I think it was a several months ago when a friend on FB posted a link to a very fun, crafty, tons of stuff to do with your preschooler blog: My friend specfically mentioned her “sensory boxes.” I had no idea what a sensory box was, but after seeing all of her different sensory boxes, it look like tons of fun for the kids. I can across her blog again and there have been some recent posts about Sensory boxes, so I went on a mission to make my kids first sensory box – I decided to do a fall theme.

I decided to use the split green peas to start with. I wasn’t sure if Ryan would try to eat them so I wanted to start off with something more than oatmeal, but nothing he would choke on. They also had a great feel to them. I found myself being lulled into space listening to them clinking together as my children played with them. We have a local store called Winco that has a very large selection of bulk items. I was able to get 11 lbs of the peas for about 7.00 dollars. All of rest of the items where purchased from Dollar Tree, so add another 8 bucks to our cost. The bin was given Kaylen from her grandparents, so I get to count that as free. It was pretty good size. It had good depth, but my kids didn’t have to reach down into the bin to play. So let’s say 15 for this sensory box which I will be able to reuse all the items. I thought the pumpkin was overly big for the container, but my kids had a great time playing with the “very big pumpkin.” It kept my son entertained for 50 minute straight. He didn’t think about getting up or doing anything for 50 minutes. My daughter played for about 1 hour straight, but she wanted to get up run around with Ryan. It was totally worth the investment of 15 just for that alone!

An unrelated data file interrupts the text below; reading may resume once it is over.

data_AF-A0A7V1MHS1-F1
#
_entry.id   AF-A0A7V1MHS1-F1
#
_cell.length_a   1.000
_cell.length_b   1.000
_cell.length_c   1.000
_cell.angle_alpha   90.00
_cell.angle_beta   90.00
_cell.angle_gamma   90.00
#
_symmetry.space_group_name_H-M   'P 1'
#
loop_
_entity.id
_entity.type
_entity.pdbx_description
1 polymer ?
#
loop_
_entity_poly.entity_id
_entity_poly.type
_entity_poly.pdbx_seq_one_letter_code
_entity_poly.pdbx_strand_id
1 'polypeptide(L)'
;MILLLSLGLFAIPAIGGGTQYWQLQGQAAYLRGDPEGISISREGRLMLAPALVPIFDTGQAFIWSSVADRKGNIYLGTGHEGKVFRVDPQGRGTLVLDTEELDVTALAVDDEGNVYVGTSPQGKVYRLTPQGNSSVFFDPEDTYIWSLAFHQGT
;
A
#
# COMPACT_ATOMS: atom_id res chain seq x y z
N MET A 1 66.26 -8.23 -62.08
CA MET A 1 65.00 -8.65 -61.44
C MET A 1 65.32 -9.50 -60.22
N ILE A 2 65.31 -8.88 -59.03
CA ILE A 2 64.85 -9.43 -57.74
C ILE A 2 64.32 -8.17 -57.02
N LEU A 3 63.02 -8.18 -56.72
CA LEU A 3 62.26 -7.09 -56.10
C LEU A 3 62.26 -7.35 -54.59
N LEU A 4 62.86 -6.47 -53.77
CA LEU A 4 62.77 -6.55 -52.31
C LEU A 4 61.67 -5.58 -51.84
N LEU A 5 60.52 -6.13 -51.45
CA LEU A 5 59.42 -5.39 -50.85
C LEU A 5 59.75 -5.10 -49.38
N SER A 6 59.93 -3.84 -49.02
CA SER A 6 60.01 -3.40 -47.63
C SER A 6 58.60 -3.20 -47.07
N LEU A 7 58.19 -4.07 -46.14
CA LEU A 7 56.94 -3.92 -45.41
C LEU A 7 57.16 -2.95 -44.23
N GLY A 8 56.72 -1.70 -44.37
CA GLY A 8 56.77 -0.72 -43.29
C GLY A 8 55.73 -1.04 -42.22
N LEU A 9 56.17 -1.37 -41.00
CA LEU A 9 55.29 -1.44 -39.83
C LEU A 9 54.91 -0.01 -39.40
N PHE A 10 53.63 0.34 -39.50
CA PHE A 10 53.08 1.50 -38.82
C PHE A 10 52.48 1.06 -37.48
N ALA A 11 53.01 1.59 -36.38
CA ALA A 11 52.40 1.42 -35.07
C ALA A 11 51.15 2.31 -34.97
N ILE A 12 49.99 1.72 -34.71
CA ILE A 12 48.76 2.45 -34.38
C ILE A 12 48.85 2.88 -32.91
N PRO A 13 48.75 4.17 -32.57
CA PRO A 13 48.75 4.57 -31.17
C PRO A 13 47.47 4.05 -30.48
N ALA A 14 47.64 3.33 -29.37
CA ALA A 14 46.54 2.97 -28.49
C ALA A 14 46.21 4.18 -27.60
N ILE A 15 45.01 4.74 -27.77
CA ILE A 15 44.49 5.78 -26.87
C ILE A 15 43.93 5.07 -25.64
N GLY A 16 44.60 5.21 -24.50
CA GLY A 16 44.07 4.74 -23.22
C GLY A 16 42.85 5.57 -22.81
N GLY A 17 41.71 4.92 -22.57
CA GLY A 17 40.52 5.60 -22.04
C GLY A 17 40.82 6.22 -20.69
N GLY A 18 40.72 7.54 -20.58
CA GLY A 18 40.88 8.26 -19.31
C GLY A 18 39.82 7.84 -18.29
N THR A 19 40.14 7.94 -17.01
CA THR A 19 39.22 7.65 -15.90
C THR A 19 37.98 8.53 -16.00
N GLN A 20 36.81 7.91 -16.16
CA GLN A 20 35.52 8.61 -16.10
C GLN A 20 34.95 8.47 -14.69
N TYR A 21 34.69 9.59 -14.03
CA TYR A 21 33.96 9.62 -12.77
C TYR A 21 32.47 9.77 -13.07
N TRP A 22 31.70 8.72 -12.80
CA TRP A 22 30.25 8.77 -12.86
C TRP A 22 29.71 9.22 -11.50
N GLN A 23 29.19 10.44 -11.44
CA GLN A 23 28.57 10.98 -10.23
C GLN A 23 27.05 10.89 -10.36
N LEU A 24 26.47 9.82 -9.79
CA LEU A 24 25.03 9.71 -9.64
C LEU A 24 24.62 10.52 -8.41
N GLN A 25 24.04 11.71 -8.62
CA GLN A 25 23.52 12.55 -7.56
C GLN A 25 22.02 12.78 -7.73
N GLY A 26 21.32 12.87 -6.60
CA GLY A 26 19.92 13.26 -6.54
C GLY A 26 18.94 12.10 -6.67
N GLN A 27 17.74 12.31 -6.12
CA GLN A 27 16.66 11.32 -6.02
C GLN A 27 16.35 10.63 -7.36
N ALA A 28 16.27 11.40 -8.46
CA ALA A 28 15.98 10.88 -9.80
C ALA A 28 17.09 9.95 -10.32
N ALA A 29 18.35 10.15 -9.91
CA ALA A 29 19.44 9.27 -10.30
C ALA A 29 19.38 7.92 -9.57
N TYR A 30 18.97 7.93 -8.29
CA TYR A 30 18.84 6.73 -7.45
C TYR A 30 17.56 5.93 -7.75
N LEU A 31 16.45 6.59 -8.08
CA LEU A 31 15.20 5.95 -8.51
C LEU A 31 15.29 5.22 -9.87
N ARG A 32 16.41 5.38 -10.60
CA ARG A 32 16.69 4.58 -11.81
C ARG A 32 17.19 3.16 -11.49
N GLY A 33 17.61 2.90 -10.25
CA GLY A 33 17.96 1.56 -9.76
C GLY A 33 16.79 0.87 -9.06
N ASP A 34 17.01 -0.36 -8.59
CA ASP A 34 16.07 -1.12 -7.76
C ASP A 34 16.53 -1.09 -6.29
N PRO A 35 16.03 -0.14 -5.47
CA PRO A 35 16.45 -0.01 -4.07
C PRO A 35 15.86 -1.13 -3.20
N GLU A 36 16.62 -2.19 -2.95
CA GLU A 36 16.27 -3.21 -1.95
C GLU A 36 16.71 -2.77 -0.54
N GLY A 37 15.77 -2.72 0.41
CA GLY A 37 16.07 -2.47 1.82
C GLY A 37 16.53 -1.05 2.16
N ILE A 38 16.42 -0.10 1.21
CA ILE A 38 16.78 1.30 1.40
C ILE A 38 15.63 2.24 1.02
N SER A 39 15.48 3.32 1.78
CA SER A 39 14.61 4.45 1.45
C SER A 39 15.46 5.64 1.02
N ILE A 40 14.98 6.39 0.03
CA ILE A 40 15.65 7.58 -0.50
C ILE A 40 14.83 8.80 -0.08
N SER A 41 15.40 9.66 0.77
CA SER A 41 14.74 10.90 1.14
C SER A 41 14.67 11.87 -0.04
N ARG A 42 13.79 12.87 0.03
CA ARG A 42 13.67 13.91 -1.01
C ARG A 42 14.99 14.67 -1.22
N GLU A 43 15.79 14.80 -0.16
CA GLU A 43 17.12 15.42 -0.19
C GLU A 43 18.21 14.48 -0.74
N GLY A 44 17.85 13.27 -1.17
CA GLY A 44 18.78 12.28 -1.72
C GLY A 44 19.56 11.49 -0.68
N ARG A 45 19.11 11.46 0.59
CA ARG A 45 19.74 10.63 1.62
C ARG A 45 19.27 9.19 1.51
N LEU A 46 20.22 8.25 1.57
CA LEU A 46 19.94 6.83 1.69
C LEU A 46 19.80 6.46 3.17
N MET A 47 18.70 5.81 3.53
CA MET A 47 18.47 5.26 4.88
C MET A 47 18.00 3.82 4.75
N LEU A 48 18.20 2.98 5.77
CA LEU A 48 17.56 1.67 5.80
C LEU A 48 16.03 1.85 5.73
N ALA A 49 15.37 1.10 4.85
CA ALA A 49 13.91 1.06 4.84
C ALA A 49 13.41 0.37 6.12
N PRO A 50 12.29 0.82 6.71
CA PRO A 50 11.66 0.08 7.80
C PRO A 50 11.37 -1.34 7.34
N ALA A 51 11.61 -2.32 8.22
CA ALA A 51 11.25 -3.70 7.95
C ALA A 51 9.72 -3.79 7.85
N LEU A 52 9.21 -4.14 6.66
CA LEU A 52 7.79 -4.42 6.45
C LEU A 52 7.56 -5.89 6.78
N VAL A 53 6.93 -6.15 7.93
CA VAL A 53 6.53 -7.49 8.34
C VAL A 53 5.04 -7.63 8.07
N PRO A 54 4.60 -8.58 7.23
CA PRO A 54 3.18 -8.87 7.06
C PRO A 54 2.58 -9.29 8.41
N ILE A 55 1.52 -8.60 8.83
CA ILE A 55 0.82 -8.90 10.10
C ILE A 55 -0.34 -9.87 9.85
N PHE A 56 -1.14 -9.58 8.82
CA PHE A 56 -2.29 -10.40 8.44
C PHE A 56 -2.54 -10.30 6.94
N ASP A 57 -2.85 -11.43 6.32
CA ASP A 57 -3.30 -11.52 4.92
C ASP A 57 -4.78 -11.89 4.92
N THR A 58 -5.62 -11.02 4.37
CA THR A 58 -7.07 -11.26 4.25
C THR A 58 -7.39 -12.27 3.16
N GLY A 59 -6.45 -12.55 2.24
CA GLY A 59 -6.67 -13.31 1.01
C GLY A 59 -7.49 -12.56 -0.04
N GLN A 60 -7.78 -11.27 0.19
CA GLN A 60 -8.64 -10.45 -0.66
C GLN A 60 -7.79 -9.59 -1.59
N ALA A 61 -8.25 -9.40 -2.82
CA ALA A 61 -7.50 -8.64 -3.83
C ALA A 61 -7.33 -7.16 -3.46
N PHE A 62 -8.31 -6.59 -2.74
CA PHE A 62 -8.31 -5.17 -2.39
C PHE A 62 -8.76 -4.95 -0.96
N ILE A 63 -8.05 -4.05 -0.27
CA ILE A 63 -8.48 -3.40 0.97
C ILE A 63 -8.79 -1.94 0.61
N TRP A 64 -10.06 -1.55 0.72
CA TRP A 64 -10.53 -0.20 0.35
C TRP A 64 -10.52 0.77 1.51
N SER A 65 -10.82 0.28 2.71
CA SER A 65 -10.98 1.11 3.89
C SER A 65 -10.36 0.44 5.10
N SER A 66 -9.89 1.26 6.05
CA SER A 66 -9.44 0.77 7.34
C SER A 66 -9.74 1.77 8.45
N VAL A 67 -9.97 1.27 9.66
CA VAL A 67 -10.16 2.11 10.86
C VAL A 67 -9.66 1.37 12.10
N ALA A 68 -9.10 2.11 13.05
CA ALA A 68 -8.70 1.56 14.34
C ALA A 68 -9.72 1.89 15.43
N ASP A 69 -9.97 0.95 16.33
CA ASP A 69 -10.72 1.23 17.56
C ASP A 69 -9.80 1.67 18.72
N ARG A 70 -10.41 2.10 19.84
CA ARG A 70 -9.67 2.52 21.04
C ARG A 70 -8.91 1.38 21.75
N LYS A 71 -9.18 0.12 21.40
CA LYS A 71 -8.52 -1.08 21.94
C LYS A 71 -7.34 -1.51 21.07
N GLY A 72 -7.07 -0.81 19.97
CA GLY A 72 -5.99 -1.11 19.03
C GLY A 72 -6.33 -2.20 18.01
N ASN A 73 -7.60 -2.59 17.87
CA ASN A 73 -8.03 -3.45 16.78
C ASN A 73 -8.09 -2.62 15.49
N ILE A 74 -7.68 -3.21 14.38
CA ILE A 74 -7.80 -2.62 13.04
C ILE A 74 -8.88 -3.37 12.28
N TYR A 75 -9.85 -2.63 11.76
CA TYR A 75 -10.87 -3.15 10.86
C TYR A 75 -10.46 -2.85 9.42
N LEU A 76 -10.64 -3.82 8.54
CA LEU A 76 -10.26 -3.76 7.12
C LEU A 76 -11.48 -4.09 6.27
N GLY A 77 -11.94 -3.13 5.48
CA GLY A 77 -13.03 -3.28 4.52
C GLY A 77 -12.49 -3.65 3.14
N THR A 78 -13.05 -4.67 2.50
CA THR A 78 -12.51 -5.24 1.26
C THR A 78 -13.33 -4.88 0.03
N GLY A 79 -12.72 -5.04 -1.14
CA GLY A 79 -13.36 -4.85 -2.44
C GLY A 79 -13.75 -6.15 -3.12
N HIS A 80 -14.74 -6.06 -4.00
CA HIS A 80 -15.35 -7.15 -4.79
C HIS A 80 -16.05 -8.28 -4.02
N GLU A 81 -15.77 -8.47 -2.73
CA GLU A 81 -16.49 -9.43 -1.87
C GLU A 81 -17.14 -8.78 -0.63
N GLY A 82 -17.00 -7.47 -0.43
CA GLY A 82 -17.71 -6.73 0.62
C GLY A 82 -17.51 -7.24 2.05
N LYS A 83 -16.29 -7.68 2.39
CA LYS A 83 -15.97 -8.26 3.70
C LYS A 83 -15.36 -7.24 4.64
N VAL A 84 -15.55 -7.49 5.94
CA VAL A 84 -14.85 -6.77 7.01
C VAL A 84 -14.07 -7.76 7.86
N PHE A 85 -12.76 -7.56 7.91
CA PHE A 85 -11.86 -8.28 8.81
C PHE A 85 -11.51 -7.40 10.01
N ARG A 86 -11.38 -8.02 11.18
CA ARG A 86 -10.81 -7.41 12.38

Before the fun begins:

It was great learning fun. They just loved running their hands through the peas. They felt very cool on your skin when you buried your whole hand. We hid the squash and pumpkins. I had Kaylen pretend she was baking. We went over colors. We talked about fall and how when fall comes it makes the trees turn pretty colors and the leaves fall off the trees which we acted out with letting the leaves fall over the bucket. My kids just giggled with delight. They were very content just scooping, raking, and letting the peas run through their hands. We then got some of their dinosaurs to join in the sensory box fun and they both really like that.  We buried the dinos and had fun digging them out. It seems like there is just endless possibilities with the sensory box. I think it will be a great winter activity or for my friends would live in hotter climate a fun summer activity. What a great way to develop your child’s imagination. If you are interested in creating your own sensory box, check out

Here are just photos of all of our fun! You should be able to click on any of the picture to bring up the gallery to view larger images.